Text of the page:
Chris: I think the thing is, he saw so much wrong, I think that nothing was ever gonna be right for him. The "Black & White" thing is very a big deal there in Lubbock.
DS: Do you mean racially?
Chris: I meant Yin-Yangly; 'This or That" - Duality.
DS: "This is Right, and that is Wrong." "This is Good, and that is Bad "
Chris: "God-Satan" kind of thing, Yea. Exactly. Lubbock doesnt really give you a lot of room to straddle any fences.
exactly why I ended up at Lubbock High School.
[NOTE: Lubbock High is the
academic "magnet" school in Lubbock, featuring accelerated
college prep courses, as well as artistic programs such as dance,
music & theatre; One of the most awarded & academically
recognized public high schools in Texas. Monterey was, at the
time when we were in school, traditionally the more socially
conscious school where good looks and athletic ability seemed
to be valued more than ones ability to ace the SAT or win
State in orchestra. (Of course, this is the opinion held by Lubbock
High graduates; I'm sure our readers who went to MHS will take
issue. I admit my own bias. LHS Rules!)
DS: [Laughing] I remember all the people I remember the punks; I remember the deaf guy who was a cross-dresser and wore make-up
I traveled in between groups. I hung out with who I guess you would call the "Magnet" kids, the Honor Society
Chris: Werent you the President of the Student Council?
DS: Yea; In my Junior year. And yet, I had this other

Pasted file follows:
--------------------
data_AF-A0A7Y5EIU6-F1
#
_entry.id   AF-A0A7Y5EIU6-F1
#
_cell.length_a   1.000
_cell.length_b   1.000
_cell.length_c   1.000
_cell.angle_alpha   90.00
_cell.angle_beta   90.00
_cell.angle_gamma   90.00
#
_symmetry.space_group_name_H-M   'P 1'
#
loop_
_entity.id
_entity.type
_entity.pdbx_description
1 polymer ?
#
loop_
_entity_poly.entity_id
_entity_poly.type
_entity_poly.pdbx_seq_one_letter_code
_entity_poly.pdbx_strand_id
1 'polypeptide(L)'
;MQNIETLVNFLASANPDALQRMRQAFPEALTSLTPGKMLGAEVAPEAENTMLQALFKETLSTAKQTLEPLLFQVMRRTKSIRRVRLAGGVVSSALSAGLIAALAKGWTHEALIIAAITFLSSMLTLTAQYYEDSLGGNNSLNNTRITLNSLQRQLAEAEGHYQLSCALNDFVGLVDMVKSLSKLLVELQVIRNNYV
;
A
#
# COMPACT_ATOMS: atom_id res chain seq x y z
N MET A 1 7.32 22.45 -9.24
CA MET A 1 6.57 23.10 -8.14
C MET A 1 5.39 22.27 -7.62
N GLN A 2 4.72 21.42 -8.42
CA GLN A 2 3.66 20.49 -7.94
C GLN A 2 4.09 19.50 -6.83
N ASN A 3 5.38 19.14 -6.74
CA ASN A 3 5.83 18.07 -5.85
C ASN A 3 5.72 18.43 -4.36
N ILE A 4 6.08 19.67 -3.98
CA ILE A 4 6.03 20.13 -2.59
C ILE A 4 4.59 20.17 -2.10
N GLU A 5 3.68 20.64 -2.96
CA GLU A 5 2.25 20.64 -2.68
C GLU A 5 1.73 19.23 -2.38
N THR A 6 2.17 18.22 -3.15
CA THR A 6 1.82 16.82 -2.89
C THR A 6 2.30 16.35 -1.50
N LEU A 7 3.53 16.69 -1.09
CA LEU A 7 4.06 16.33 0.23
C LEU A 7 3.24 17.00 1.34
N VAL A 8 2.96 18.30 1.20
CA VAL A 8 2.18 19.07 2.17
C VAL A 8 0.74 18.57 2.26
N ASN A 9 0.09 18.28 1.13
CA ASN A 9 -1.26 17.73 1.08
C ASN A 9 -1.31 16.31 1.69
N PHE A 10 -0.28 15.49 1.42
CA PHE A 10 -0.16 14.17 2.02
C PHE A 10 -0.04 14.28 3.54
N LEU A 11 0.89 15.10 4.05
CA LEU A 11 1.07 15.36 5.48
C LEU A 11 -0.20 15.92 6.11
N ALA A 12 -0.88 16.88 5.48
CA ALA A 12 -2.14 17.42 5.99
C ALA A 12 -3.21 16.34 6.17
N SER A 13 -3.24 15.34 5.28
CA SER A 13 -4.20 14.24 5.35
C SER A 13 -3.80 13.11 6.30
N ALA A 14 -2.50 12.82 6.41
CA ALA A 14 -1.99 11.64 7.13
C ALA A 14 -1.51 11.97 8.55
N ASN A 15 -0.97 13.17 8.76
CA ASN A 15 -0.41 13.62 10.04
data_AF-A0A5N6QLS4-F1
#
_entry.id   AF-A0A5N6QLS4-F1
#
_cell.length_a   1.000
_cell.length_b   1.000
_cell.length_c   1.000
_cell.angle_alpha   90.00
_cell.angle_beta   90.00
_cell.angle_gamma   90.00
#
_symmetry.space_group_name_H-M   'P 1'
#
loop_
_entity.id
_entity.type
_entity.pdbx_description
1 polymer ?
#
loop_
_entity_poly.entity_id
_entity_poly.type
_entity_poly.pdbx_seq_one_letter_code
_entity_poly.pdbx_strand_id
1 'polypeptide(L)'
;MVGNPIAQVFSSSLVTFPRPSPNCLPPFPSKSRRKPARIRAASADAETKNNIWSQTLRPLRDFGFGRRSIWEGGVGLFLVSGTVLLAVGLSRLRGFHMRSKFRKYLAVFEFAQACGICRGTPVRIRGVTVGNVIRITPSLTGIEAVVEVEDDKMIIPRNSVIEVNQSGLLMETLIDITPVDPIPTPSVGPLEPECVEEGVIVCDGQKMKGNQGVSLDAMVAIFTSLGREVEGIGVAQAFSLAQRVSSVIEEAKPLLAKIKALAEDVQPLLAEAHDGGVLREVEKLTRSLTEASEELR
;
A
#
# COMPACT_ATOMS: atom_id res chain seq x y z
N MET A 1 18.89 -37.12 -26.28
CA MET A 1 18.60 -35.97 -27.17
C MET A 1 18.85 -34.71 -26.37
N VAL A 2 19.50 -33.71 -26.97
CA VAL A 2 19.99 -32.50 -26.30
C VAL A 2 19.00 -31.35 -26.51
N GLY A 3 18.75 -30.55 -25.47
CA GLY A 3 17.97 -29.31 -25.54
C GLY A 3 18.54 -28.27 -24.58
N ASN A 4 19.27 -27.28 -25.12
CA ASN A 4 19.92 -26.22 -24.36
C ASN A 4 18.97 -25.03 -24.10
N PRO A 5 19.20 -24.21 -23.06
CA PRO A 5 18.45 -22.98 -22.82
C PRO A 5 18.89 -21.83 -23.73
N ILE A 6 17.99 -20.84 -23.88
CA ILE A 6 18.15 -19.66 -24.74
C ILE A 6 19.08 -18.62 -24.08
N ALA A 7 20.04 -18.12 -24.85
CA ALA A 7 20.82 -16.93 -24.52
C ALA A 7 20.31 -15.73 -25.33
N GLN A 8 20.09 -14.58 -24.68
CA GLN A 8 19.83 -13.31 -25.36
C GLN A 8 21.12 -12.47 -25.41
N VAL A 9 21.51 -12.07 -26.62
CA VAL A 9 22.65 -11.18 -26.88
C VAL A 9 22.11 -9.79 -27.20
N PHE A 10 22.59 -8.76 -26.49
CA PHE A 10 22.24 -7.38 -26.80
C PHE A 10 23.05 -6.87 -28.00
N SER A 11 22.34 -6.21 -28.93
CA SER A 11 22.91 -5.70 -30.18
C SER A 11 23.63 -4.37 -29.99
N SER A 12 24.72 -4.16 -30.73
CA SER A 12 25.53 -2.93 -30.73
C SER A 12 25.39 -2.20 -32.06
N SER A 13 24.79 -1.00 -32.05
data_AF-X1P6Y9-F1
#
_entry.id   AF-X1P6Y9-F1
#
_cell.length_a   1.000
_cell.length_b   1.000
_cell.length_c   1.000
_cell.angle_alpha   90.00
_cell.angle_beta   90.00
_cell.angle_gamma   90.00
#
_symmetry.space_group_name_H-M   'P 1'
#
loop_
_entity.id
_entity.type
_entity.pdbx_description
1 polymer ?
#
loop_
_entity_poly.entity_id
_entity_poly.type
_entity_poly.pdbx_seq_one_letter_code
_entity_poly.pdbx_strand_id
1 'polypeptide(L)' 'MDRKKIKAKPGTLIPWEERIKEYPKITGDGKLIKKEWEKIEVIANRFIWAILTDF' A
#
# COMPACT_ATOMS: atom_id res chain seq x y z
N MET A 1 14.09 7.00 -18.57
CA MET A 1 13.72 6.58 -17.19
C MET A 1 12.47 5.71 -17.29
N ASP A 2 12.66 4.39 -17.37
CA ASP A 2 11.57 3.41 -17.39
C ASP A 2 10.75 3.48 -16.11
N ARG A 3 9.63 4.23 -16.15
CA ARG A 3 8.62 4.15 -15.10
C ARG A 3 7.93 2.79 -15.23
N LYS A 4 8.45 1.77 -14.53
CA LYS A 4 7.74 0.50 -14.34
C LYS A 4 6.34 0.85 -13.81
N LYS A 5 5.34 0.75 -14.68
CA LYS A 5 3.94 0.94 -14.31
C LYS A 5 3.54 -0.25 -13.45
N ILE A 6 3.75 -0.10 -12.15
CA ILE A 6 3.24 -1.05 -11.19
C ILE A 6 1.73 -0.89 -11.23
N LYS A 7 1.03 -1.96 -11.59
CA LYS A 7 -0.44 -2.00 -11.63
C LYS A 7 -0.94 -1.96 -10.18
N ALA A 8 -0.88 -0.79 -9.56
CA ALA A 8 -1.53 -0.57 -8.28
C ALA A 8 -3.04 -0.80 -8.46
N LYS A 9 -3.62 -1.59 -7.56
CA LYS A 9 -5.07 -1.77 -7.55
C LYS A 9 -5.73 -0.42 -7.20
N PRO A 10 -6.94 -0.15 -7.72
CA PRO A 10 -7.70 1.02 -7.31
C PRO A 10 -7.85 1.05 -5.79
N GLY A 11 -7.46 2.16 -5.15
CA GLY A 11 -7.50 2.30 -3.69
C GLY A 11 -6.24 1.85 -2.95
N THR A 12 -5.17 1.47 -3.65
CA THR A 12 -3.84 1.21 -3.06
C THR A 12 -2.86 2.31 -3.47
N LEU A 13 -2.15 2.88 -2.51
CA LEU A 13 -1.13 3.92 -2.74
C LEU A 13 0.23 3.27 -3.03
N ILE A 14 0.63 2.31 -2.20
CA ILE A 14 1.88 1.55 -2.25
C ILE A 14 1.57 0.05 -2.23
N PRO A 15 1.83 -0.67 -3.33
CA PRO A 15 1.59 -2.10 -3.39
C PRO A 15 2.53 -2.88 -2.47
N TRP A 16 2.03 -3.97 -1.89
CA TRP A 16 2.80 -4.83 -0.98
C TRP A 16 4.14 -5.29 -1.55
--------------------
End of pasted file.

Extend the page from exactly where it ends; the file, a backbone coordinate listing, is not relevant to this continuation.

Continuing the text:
circle of friends who were really more like the Mexican-American
students - who lived in that school district, who didnt
transfer in so they could be in the LEAP Program.
I just think I had more space at Lubbock High. I could be a real chameleon. I tried out a lot of different things.
Chris: I met you the first week of school when you were a Sophomore; And you changed a lot, after you came to Lubbock High. I remember a lot of it was you getting into Drama; "Dames at Sea", I think
DS: That was my "first show"; Yea.
Chris: What did you end up doing? Tell me about your education experience.
DS: After I graduated from Lubbock High, I went to
U.T. to the Theater Department for two years and really hated
Now Im back here in Austin, and I dont get back to Lubbock much any more. But I really do look at Lubbock as the place where I mean, if Id stayed in San Angelo, Texas - where I grew up - I dont know if I would have had nearly the experience of meeting all these different kinds of people and having a pretty decent theater department at Lubbock High School; doing Texas Tech theater.
I really feel like I got a pretty decent high school education. I worked my butt off. I was this split-personality. I was always the good student, like I would work really hard. But I would also be a part of the "party crowd" and try to kind of keep both lives going at the same time. But I liked the challenge.
I still think about Lubbock High. I loved that building. I just thought it was beautiful. That is one of my biggest connections to Lubbock still.
Because, as far as "Lubbock music" - thinking about your web-site - I mean, Ive been exposed to most of those "Lubbock" musicians through living in Austin. I was clueless about all that then.